Having healthy diet and lifestyle habits during your pregnancy (and ideally before you conceive) will help to minimize many common pregnancy related discomforts, as well as ensure that both you and your baby are the getting optimal nutrition you need.
By eating well and nourishing yourself during pregnancy, you will also help to prepare your body for labour and birth and the increased nutritional demands of breastfeeding and caring for your newborn in the postpartum period.
According to Ayurvedic medicine (one of the world’s oldest holistic whole-body healing systems, based on the belief that health and wellness depend on a delicate balance between the mind, body, and spirit), pregnancy and the transition into new motherhood, are acknowledged as times where you need to be supported, nourished and rested.
Important nutrients for pregnancy
Every mama-to-be has different nutrient requirements, so it’s important to always follow your midwife or doctor’s advice about which nutrients to emphasise and how many calories to consume.
However, no matter what your individual requirements are, the following nutrients are vital for pregnancy:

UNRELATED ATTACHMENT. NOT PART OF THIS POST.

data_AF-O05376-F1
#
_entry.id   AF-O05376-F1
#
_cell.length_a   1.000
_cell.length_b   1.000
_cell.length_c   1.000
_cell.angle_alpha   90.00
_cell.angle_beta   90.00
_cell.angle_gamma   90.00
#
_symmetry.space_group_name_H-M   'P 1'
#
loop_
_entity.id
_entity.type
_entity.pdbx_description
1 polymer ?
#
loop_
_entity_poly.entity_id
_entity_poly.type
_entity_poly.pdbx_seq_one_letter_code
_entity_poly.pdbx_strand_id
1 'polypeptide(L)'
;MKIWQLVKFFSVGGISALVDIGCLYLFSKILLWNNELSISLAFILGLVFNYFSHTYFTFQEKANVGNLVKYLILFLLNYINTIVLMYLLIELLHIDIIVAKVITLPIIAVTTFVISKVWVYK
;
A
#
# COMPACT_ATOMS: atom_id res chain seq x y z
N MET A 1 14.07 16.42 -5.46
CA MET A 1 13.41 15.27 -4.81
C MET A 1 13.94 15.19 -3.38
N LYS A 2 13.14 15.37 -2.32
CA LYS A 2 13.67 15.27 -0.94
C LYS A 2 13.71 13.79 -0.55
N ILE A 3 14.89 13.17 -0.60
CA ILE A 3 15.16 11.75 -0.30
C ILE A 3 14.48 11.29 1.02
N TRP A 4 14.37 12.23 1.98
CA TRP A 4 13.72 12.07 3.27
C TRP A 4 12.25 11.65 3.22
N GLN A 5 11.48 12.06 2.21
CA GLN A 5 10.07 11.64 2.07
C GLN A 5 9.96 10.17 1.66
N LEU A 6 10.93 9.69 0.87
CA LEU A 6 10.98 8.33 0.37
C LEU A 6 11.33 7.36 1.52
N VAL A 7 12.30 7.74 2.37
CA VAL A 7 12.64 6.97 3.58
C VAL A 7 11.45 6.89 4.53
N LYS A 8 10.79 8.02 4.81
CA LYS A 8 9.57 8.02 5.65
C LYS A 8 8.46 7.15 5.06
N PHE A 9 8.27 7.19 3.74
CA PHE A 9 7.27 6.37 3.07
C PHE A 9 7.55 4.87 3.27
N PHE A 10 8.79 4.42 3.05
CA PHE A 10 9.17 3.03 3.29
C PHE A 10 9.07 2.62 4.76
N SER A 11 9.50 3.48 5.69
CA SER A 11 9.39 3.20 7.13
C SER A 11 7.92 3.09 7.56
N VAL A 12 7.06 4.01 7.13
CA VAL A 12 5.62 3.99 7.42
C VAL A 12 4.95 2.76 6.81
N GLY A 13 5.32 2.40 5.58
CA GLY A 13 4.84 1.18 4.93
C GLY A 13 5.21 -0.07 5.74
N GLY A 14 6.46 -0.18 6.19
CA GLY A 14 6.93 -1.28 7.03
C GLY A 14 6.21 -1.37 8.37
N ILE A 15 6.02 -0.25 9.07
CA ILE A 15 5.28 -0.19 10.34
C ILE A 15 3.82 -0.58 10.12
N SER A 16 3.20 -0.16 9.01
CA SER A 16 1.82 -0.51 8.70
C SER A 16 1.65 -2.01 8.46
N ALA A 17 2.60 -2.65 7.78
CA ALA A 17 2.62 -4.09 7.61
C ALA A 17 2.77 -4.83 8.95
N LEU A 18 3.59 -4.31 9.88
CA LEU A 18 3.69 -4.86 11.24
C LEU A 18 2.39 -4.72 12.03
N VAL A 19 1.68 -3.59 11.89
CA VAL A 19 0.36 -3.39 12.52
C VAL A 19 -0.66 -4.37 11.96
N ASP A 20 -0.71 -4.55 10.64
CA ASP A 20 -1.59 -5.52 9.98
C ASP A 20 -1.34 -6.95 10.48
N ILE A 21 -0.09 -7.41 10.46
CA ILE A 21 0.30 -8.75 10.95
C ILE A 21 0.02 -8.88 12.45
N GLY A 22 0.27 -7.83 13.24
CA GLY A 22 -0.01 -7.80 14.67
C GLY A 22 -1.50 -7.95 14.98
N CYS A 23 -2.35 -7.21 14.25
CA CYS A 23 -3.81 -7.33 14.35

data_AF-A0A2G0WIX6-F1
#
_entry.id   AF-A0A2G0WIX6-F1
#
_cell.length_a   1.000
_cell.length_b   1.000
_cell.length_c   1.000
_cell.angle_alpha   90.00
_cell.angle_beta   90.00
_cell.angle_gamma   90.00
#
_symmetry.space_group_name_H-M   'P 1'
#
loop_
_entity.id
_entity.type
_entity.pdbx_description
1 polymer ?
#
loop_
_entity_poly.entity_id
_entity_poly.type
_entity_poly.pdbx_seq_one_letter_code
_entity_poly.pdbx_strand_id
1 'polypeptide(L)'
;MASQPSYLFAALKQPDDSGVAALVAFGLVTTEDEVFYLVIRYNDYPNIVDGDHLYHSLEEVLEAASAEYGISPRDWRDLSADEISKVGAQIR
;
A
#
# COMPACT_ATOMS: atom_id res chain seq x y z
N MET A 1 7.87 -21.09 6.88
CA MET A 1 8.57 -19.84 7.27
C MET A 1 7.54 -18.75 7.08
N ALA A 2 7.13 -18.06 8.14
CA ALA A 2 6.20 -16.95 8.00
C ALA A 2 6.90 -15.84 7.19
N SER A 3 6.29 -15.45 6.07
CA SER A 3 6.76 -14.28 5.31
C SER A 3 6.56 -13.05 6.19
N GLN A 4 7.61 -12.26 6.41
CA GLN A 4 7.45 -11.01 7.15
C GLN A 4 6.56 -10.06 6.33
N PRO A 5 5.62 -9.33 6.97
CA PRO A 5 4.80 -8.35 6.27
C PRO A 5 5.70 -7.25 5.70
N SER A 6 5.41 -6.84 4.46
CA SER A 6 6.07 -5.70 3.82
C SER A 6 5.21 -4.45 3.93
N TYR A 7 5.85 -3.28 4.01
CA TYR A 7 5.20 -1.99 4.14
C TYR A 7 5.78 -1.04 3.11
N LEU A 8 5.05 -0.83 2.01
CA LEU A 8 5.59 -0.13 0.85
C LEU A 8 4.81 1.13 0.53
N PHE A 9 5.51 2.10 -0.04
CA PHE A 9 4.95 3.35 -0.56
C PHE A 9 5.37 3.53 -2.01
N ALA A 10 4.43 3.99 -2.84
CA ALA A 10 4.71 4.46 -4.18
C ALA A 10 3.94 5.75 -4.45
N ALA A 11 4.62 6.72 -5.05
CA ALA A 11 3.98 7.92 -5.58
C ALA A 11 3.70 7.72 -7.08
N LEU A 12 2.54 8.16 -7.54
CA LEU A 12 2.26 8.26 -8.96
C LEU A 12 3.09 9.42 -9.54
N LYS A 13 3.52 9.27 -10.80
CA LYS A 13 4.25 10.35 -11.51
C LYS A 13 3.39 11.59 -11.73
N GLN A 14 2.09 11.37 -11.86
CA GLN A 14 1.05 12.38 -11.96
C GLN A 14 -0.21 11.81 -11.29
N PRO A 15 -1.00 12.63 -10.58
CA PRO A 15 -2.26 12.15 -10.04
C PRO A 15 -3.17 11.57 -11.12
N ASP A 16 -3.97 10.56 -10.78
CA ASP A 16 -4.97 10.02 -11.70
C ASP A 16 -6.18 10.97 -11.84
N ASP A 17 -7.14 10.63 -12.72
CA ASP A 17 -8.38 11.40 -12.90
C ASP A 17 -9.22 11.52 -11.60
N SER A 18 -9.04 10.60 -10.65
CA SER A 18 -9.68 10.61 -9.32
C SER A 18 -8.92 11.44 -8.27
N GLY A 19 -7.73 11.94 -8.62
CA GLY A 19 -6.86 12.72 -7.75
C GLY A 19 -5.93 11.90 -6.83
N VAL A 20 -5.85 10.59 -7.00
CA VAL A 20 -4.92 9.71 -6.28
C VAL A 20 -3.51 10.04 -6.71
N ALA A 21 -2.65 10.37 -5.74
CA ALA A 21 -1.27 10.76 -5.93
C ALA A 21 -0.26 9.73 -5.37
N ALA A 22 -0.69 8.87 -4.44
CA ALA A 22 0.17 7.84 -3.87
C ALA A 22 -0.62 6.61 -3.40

Calcium is necessary for the formation of your baby’s bones and teeth and for sustaining health in your bones, teeth and connective tissue. It also nourishes your nervous system, heart, metabolism and the mineral balance in your body.
Having an adequate intake of calcium will help to prevent imbalances like irritability, insomnia, leg cramps, cavities and future bone loss.
Food sources – dark leafy greens (kale, spinach, and collards), yoghurt, milk, cheese, sesame seeds, sardines, salmon, tofu and almonds.
Magnesium works together with calcium. Magnesium relaxes muscles, while calcium stimulates muscles to contract. Having an adequate intake of magnesium during pregnancy can help prevent your uterus from contracting prematurely. It also helps to build strong teeth and bones in your baby, supports your tissue growth and recovery during pregnancy.